The current estimate of 3.5 million living with the disease in Nigeria is probably understated due to poor diagnosis in many African countries.
The number of people living with diabetes is expected to grow over 100 per cent in Africa, with the prevalence of the disease in Nigeria projected to rise to eight million by 2045.
This is according to a diabetes care report published by The Access to Medicine Foundation (ATMF), a Netherlands-based non-profit organisation that stimulates and guides pharmaceutical companies to do more for people living in low and middle-income countries.
The report, titled “REPORT ON DIABETES CARE: What are pharma companies doing to expand access to insulin – and how can efforts be scaled up?” was released in October 2022.
It said the current estimate of 3.5 million living with the disease in Nigeria is probably understated due to poor diagnosis in many African countries.
Jayasree Iyer, the chief executive officer of ATMF, said the report highlighted the magnitude of the cost of disease burden and difficulty in access to treatment in Nigeria and other low and middle-income countries.
“The burden of treatment of diabetes remains significantly greater in Nigeria and other low to medium-income countries (LMICs).
“According to the report, the number of people with diabetes worldwide is expected to reach 570 million by 2030, and 700 million by 2045, rising most rapidly LMICs as the burden of non-communicable diseases grows.’’
The report said affordability remains a barrier to accessing insulin, and the reasons for high costs are various, with costs associated with the prevalence of the disease not only social but also economical.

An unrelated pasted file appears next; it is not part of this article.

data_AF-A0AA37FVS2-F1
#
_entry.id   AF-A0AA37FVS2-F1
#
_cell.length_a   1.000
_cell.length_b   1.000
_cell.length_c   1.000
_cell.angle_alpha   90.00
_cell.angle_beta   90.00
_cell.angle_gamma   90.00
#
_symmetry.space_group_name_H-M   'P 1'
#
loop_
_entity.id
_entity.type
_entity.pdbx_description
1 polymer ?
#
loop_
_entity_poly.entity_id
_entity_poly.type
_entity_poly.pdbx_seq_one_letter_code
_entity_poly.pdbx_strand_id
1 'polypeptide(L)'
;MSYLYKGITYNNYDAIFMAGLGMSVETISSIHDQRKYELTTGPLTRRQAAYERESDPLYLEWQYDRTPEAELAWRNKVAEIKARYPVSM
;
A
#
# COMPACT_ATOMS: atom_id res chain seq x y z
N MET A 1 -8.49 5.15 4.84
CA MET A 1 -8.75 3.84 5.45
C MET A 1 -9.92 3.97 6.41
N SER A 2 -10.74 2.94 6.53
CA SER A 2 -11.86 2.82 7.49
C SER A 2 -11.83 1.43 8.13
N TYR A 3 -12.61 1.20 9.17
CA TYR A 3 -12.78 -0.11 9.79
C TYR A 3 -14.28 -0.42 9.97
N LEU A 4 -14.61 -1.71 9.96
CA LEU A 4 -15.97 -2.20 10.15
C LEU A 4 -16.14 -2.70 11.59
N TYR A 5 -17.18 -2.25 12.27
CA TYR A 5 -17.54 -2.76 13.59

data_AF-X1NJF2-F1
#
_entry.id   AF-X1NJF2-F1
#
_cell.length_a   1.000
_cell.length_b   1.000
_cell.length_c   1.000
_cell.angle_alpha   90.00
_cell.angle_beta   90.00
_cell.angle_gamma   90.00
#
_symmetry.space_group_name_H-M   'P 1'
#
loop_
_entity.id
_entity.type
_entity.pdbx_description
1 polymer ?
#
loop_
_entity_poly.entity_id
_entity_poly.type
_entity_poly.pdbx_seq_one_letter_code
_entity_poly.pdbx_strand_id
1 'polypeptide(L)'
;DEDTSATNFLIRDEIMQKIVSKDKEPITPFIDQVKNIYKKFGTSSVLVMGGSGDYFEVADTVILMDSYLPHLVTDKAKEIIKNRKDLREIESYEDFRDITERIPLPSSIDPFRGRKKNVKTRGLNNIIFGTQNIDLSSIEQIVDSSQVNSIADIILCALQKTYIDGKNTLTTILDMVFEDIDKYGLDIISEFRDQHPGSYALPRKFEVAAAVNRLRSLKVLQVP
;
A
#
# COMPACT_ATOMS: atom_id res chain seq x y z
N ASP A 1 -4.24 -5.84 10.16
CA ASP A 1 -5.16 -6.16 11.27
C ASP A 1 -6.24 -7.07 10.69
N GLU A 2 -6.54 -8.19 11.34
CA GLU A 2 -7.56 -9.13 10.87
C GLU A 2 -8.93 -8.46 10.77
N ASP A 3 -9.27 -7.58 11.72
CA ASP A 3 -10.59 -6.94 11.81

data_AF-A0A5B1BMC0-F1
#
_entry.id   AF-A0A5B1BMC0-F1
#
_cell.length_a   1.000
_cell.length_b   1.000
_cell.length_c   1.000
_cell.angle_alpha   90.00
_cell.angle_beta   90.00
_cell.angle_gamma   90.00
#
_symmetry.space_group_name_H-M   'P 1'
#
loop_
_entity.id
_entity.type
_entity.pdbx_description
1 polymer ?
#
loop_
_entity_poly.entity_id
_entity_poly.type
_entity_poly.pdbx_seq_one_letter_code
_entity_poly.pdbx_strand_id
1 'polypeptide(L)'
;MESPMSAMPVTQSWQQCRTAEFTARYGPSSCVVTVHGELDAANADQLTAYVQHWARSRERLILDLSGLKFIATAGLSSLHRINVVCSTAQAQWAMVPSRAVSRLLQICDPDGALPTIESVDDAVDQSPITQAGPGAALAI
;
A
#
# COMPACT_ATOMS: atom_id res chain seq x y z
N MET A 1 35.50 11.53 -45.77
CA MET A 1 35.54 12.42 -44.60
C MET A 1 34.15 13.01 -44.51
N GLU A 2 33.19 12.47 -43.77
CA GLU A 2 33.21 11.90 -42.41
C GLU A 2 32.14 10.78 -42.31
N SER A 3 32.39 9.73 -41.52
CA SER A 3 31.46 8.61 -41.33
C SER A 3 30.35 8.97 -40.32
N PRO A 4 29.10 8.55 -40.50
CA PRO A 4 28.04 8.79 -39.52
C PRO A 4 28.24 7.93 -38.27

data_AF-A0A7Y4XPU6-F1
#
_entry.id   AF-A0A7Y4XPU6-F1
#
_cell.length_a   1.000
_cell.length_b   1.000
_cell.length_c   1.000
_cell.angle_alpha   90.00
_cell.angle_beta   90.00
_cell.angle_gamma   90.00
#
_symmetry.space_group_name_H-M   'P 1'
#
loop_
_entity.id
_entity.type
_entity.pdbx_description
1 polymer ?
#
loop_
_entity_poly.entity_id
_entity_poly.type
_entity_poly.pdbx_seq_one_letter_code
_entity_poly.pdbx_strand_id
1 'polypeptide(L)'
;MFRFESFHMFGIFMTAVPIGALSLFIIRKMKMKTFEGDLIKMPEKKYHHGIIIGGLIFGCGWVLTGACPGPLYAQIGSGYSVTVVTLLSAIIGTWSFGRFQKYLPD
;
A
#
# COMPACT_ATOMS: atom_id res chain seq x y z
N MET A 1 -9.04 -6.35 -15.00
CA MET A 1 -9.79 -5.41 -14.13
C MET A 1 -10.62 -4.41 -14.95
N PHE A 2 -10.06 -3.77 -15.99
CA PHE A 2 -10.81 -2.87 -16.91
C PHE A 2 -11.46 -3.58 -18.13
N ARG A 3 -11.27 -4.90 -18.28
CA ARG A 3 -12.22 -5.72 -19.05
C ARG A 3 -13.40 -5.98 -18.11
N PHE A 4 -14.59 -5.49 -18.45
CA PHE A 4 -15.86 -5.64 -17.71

They include the manufacturer’s selling price, wholesale and retail mark-ups, taxes and other tariffs, which influence insulin’s final price.
It noted that a lack of affordability could lead patients to not being able to access insulin at all or to patients rationing their insulin if they cannot afford the quantity they need.
The report indicates that 35 per cent of patients in LMICs pay out-of-pocket for healthcare, compared to 13.6 per cent in high-income countries, where the public sector is more likely to be involved.
The ATMF report also examined the activities of three pharmaceutical manufacturers.
It showed that Eli Lilly, Novo Nordisk, and Sanofi produce 83 per cent of the insulin sold in LMICs, which also hold around 95 per cent of the market share.
“The health expenditure related to diabetes care in Africa is about $12.5 billion, and this really reflects the fact that most people pay for relatively expensive and unaffordable insulin treatment.
“For example, the average diabetes-related health expenditure per person amounts to approximately $500 a year, which is a huge financial burden if the patient has to pay it all or partially out-of-pocket,” Ms Iyer said.
However, these companies are taking action on some solutions to address the inequity in access to this essential medicine.
“In Nigeria, Novo Nordisk has signed a memorandum of understanding with the Federal Ministry of Health, and that serves as a base for the rollout of a programme called I-Care.
“The idea of this programme is to provide affordable access to diabetes care, especially for children with type one diabetes.
“SANOFI, another large insulin provider, has pushed for the listing of insulin in the National Health Insurance Authority and the State Health Insurance Scheme for two of Nigeria’s 36 states.
“These actions help to make insulin more affordable and accessible to more people. The company is planning to expand this strategy to two more states in 2022,” Ms Iyer said.